Remembering the Fallen: on this day in 1916, Second Lieutenant Richard Henry Marchant, 9th Battalion, The East Surrey Regiment, was killed in action on the Western Front.
Prior to his commission he had served as a sergeant with the Royal Army Medical Corps. In September of 1915 he landed at Boulogne-sur-Mer with the 9th Battalion of the East Surrey Regiment (part of the 72nd Brigade in the 24th Division) for service on the Western Front. They marched across France into the reserve for the British assault at Loos, during which they suffered heavy casualties. He is buried in the Tyne Cot Cemetery in West-Vlaanderen, Belgium.
Second Lieutenant Marchant’s brother, Gunner Charles William Marchant, The Royal Garrison Artillery, was also killed in action during the Great War (date unknown). He had served in the Boer War and been awarded the South Africa Medal with four bars, considered a “hard-won” medal given the deprivations and the nature of the enemy.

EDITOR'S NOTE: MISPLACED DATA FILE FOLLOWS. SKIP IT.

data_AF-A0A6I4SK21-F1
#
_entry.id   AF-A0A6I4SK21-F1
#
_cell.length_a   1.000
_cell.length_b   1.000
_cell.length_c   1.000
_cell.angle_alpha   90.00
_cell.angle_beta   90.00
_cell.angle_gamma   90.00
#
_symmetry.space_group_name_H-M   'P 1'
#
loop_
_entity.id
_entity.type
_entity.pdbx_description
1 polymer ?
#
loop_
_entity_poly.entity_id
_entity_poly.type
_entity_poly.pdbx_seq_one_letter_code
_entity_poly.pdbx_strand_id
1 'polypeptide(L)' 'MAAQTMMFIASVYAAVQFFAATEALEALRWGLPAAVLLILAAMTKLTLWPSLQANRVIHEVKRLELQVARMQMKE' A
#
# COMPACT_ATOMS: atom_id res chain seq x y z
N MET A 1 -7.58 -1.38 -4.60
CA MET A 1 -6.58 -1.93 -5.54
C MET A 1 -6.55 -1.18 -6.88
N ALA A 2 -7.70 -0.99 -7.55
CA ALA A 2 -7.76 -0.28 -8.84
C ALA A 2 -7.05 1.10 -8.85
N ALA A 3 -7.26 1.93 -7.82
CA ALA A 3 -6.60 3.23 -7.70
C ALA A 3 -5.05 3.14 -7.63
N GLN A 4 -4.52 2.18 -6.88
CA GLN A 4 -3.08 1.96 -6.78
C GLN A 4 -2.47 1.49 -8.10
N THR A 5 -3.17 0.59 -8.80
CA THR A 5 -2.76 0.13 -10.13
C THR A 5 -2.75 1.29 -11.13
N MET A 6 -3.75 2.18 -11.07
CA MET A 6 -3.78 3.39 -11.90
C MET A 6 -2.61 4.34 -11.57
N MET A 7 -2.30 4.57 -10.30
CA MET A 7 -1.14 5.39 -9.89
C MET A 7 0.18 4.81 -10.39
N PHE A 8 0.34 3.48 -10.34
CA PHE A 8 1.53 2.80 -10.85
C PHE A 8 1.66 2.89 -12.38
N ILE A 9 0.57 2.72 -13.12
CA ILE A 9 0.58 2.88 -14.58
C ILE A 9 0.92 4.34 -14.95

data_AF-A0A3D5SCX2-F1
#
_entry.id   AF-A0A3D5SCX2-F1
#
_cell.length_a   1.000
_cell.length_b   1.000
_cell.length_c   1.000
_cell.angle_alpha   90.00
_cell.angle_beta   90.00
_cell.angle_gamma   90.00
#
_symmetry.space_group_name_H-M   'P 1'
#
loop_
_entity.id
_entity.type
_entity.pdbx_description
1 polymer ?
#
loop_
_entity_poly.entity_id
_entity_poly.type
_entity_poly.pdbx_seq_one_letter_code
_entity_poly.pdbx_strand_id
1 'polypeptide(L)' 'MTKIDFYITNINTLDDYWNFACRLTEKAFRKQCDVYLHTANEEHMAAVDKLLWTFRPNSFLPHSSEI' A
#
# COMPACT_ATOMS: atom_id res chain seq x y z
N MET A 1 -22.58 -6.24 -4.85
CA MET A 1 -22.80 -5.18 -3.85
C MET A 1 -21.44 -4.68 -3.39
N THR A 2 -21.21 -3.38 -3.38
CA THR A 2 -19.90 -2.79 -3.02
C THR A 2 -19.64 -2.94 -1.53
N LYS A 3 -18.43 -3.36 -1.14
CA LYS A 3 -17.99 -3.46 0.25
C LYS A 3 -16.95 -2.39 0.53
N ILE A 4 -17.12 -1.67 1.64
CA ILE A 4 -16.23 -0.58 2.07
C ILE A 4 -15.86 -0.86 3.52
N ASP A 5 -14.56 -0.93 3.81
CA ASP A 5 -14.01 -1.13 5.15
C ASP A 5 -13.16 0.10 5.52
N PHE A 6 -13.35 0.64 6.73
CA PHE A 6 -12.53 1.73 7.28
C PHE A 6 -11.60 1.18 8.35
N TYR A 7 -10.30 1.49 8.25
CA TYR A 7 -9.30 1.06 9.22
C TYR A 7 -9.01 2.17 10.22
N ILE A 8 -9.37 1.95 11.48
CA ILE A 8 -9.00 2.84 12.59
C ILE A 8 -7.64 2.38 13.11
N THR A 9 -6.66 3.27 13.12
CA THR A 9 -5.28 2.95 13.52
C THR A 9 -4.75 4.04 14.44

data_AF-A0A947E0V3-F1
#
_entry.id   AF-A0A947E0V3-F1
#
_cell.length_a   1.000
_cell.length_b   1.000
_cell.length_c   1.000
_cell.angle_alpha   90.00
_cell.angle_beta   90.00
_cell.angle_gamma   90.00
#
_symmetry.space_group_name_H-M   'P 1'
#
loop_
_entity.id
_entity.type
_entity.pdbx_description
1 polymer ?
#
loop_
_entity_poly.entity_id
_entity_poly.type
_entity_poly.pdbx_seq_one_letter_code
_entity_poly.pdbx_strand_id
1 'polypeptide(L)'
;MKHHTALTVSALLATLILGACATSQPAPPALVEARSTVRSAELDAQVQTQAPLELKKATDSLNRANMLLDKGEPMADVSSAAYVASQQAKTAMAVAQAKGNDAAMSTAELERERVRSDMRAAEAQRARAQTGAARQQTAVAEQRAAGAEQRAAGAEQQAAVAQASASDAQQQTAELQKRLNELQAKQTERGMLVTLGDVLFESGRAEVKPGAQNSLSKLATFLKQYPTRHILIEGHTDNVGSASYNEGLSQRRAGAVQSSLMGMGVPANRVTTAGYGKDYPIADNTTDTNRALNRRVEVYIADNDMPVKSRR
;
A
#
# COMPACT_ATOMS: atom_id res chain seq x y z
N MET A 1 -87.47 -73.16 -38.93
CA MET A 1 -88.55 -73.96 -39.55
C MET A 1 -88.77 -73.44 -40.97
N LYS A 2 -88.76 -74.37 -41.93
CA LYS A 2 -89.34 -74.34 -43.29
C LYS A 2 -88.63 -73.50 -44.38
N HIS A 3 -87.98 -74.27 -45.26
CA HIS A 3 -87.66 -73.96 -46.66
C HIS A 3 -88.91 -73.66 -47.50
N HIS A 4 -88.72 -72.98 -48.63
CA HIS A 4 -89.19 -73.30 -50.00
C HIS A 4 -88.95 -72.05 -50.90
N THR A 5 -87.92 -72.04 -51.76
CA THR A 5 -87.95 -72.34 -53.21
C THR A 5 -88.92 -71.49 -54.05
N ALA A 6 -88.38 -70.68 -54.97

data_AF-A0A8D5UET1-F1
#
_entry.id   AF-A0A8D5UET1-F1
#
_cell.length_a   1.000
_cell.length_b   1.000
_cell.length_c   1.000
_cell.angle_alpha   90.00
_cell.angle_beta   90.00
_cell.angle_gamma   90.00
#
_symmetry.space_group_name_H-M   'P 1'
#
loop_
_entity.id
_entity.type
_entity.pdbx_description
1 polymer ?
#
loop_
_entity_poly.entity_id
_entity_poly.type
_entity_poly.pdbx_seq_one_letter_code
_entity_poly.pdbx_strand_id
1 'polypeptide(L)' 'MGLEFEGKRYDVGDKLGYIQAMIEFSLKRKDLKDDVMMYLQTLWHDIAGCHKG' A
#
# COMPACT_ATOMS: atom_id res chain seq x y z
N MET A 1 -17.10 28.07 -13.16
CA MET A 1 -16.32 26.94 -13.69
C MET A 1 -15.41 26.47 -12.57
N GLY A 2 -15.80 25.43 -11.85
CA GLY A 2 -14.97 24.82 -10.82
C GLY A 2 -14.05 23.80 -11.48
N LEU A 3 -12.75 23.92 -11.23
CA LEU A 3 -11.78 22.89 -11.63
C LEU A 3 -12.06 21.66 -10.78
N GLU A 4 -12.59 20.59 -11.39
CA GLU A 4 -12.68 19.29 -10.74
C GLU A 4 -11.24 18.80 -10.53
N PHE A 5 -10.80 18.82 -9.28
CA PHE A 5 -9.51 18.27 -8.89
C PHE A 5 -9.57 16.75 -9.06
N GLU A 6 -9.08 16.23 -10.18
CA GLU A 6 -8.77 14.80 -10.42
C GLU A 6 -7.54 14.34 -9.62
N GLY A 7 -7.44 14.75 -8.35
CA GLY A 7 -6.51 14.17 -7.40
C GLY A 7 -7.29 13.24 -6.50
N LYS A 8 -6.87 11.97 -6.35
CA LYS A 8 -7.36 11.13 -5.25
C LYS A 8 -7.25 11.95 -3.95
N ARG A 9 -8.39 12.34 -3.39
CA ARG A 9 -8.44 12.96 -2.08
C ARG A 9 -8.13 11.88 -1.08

Very little else has come to light on the brothers except for the photographs sent by their mother to the Imperial War Museum with a poignant note referring to her “only sons.”
The brothers were from Windsor in Berkshire; Richard was 27 years old.